Academic journal article Phi Delta Kappan

Virtual Coaching for Novice Teachers: Technology Enables University Professors to Observe and Literally Whisper in the Ear of a Teacher during Instruction

Academic journal article Phi Delta Kappan

Virtual Coaching for Novice Teachers: Technology Enables University Professors to Observe and Literally Whisper in the Ear of a Teacher during Instruction

Article excerpt

  Meet Katie ...

  The end of the school year was fast approaching. Katie couldn't wait.
  As far as she was concerned, it had been a dreadful year. She was
  beginning to think she wasn't cut out to be a teacher. She had
  graduated from her teachers' college with a 3.9 GPA. She had always
  wanted to be a teacher. But after three years, in three different
  classrooms, she still hasn't found her niche. She had taught 1st
  grade, 3rd grade, and 6th grade, but her students were always unruly
  and seemed uninterested in her lessons. Maybe it was the school--her
  fellow teachers were all experienced, and it seemed as if everything
  came so easily to them. She didn't know teaching was going to be so
  hard.

Across the country, school district personnel are struggling to attract and retain high-quality teachers who can meet the unique academic and behavioral needs of an increasingly diverse student population. Teachers of math, science, English as a second language (ESL), computer science, bilingual education, and special education are particularly hard to find. Although this isn't a new problem, we're only beginning to develop effective and innovative approaches to combat it. Mentoring programs, financial incentives, and reward/recognition plans represent a few of the more popular responses to the recruitment and retention dilemma.

In certain content areas, such as ESL or special education, some states experience greater difficulty in attracting, preparing, and retaining high-quality teachers. One such state is Alabama. When compared with national statistics, Alabama public school students are more likely to be poor, a member of a racial minority, and disabled. Alabama has experienced depressed academic performance, increased dropout rates, and heightened suspension and expulsion rates. Despite the many challenges confronting the state's schools and its students, preservice teachers are often ill prepared for the diversity they face. Elementary and secondary education majors in Alabama are required to take only one course related to exceptional learners (that is, Introduction to Special Education). And the opportunities for and quality of professional development experiences once they enter the profession are very uneven. Yet nationally, and in Alabama as well, the most up-to-date statistics confirm that over 80% of students with disabilities receive all or part of their instruction in the general education classroom (American Institutes for Research 2007). Is it any wonder new teachers like Katie are floundering?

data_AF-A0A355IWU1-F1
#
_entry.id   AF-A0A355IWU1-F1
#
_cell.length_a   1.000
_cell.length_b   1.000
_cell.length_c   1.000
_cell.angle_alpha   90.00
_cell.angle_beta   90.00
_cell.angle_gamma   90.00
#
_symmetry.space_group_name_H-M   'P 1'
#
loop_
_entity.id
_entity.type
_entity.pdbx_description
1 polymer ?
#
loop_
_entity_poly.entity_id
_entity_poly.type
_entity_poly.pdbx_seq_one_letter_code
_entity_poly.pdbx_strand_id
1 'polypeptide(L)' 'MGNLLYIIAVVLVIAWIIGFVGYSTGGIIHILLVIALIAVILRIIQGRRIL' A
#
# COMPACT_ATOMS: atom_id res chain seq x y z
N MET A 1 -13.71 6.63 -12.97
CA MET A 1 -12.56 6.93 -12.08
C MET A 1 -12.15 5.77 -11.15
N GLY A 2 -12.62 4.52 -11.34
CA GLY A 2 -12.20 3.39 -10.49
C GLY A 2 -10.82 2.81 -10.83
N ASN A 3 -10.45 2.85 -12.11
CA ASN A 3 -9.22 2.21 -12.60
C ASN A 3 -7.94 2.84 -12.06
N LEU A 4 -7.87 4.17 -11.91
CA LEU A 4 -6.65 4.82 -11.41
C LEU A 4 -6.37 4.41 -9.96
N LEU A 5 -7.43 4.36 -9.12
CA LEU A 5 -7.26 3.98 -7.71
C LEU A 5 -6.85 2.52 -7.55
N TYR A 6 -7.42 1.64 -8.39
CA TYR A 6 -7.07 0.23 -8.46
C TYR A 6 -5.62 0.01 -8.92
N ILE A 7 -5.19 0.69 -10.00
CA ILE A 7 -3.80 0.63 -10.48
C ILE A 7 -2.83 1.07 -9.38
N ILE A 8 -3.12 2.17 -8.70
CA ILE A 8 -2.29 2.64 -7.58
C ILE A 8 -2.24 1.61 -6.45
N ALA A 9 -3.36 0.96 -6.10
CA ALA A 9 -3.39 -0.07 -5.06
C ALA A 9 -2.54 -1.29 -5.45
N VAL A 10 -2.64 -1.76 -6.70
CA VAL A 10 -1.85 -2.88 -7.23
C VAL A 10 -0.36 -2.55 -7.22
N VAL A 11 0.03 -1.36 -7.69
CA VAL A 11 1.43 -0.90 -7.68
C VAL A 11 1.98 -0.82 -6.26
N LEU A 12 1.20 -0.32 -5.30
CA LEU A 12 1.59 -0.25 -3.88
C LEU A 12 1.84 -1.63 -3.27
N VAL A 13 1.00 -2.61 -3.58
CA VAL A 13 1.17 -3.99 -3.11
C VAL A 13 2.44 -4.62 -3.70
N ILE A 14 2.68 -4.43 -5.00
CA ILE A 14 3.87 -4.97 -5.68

Project TEEACH--which stands for Transforming Elementary Educators into Advocates, Change Agents, and Highly Qualified Special Educators--was developed to address these issues. Project TEEACH enables university-based educators to provide virtual coaching for inservice teachers using bug-in-the-ear technology. We call our technology VBIE.

In our virtual coaching sessions, a professor observes a teacher using a high-definition web cam and Voice over Internet Protocol (VoIP) technology, such as Skype. The teacher being observed wears a Bluetooth-enabled bug in her ear. As the teacher works with students, the professor coaches her. The coach may literally suggest words that the teacher can use with students. The coach may alert the teacher to watch for certain student behaviors. The coach may identify teacher behaviors that are either appropriate or less than ideal in the given instructional situation. Students typically know that someone is observing the instruction, but they are not able to hear what the teacher is hearing.

We've used VBIE to work with 16 practicing teachers in 555 virtual coaching sessions over three years. Another 15 are enrolled as a second cohort. Four of the 16 program finishers moved to positions as special education teachers.

  Recruiting Katie ...

  Katie had the motivation to be a high-quality teacher, but something
  was lacking. … 
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